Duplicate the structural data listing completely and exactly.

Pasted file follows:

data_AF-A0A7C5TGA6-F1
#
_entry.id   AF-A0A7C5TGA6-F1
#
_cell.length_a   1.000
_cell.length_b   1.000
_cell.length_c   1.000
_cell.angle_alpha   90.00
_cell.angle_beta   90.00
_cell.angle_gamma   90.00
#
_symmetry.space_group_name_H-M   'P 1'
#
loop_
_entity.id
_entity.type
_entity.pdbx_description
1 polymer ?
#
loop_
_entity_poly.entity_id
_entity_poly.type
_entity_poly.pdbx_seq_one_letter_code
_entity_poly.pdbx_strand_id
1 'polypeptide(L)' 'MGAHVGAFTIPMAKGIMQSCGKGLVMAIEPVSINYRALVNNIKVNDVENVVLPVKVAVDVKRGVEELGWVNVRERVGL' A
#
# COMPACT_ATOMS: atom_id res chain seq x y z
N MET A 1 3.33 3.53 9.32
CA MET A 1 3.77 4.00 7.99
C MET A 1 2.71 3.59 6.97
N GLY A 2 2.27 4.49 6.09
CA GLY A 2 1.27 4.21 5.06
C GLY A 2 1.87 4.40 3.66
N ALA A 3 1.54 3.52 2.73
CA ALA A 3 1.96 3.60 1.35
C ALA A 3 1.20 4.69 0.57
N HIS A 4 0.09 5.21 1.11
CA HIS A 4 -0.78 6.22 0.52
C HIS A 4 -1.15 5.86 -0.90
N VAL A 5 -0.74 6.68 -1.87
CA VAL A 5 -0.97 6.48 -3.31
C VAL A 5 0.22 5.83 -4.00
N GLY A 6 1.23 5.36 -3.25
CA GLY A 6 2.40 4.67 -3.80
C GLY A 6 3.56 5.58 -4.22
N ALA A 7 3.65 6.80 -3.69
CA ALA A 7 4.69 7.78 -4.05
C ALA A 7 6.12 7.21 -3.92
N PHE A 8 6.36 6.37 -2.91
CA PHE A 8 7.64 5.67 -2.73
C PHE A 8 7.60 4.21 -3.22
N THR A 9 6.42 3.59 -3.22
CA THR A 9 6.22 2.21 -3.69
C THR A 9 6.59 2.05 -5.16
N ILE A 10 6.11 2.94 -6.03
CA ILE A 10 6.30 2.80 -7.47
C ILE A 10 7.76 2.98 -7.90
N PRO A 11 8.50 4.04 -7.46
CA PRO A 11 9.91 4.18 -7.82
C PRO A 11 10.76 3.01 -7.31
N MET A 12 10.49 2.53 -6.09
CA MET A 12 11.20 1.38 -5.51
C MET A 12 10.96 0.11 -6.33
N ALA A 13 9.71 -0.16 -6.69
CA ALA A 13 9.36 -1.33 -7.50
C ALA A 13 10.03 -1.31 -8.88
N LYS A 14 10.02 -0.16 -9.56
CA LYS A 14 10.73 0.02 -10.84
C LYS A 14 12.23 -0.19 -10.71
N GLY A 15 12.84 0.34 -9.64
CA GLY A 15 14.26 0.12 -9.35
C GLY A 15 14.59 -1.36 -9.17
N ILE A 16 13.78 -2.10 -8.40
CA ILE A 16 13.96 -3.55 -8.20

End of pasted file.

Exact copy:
data_AF-A0A7C5TGA6-F1
#
_entry.id   AF-A0A7C5TGA6-F1
#
_cell.length_a   1.000
_cell.length_b   1.000
_cell.length_c   1.000
_cell.angle_alpha   90.00
_cell.angle_beta   90.00
_cell.angle_gamma   90.00
#
_symmetry.space_group_name_H-M   'P 1'
#
loop_
_entity.id
_entity.type
_entity.pdbx_description
1 polymer ?
#
loop_
_entity_poly.entity_id
_entity_poly.type
_entity_poly.pdbx_seq_one_letter_code
_entity_poly.pdbx_strand_id
1 'polypeptide(L)' 'MGAHVGAFTIPMAKGIMQSCGKGLVMAIEPVSINYRALVNNIKVNDVENVVLPVKVAVDVKRGVEELGWVNVRERVGL' A
#
# COMPACT_ATOMS: atom_id res chain seq x y z
N MET A 1 3.33 3.53 9.32
CA MET A 1 3.77 4.00 7.99
C MET A 1 2.71 3.59 6.97
N GLY A 2 2.27 4.49 6.09
CA GLY A 2 1.27 4.21 5.06
C GLY A 2 1.87 4.40 3.66
N ALA A 3 1.54 3.52 2.73
CA ALA A 3 1.96 3.60 1.35
C ALA A 3 1.20 4.69 0.57
N HIS A 4 0.09 5.21 1.11
CA HIS A 4 -0.78 6.22 0.52
C HIS A 4 -1.15 5.86 -0.90
N VAL A 5 -0.74 6.68 -1.87
CA VAL A 5 -0.97 6.48 -3.31
C VAL A 5 0.22 5.83 -4.00
N GLY A 6 1.23 5.36 -3.25
CA GLY A 6 2.40 4.67 -3.80
C GLY A 6 3.56 5.58 -4.22
N ALA A 7 3.65 6.80 -3.69
CA ALA A 7 4.69 7.78 -4.05
C ALA A 7 6.12 7.21 -3.92
N PHE A 8 6.36 6.37 -2.91
CA PHE A 8 7.64 5.67 -2.73
C PHE A 8 7.60 4.21 -3.22
N THR A 9 6.42 3.59 -3.22
CA THR A 9 6.22 2.21 -3.69
C THR A 9 6.59 2.05 -5.16
N ILE A 10 6.11 2.94 -6.03
CA ILE A 10 6.30 2.80 -7.47
C ILE A 10 7.76 2.98 -7.90
N PRO A 11 8.50 4.04 -7.46
CA PRO A 11 9.91 4.18 -7.82
C PRO A 11 10.76 3.01 -7.31
N MET A 12 10.49 2.53 -6.09
CA MET A 12 11.20 1.38 -5.51
C MET A 12 10.96 0.11 -6.33
N ALA A 13 9.71 -0.16 -6.69
CA ALA A 13 9.36 -1.33 -7.50
C ALA A 13 10.03 -1.31 -8.88
N LYS A 14 10.02 -0.16 -9.56
CA LYS A 14 10.73 0.02 -10.84
C LYS A 14 12.23 -0.19 -10.71
N GLY A 15 12.84 0.34 -9.64
CA GLY A 15 14.26 0.12 -9.35
C GLY A 15 14.59 -1.36 -9.17
N ILE A 16 13.78 -2.10 -8.40
CA ILE A 16 13.96 -3.55 -8.20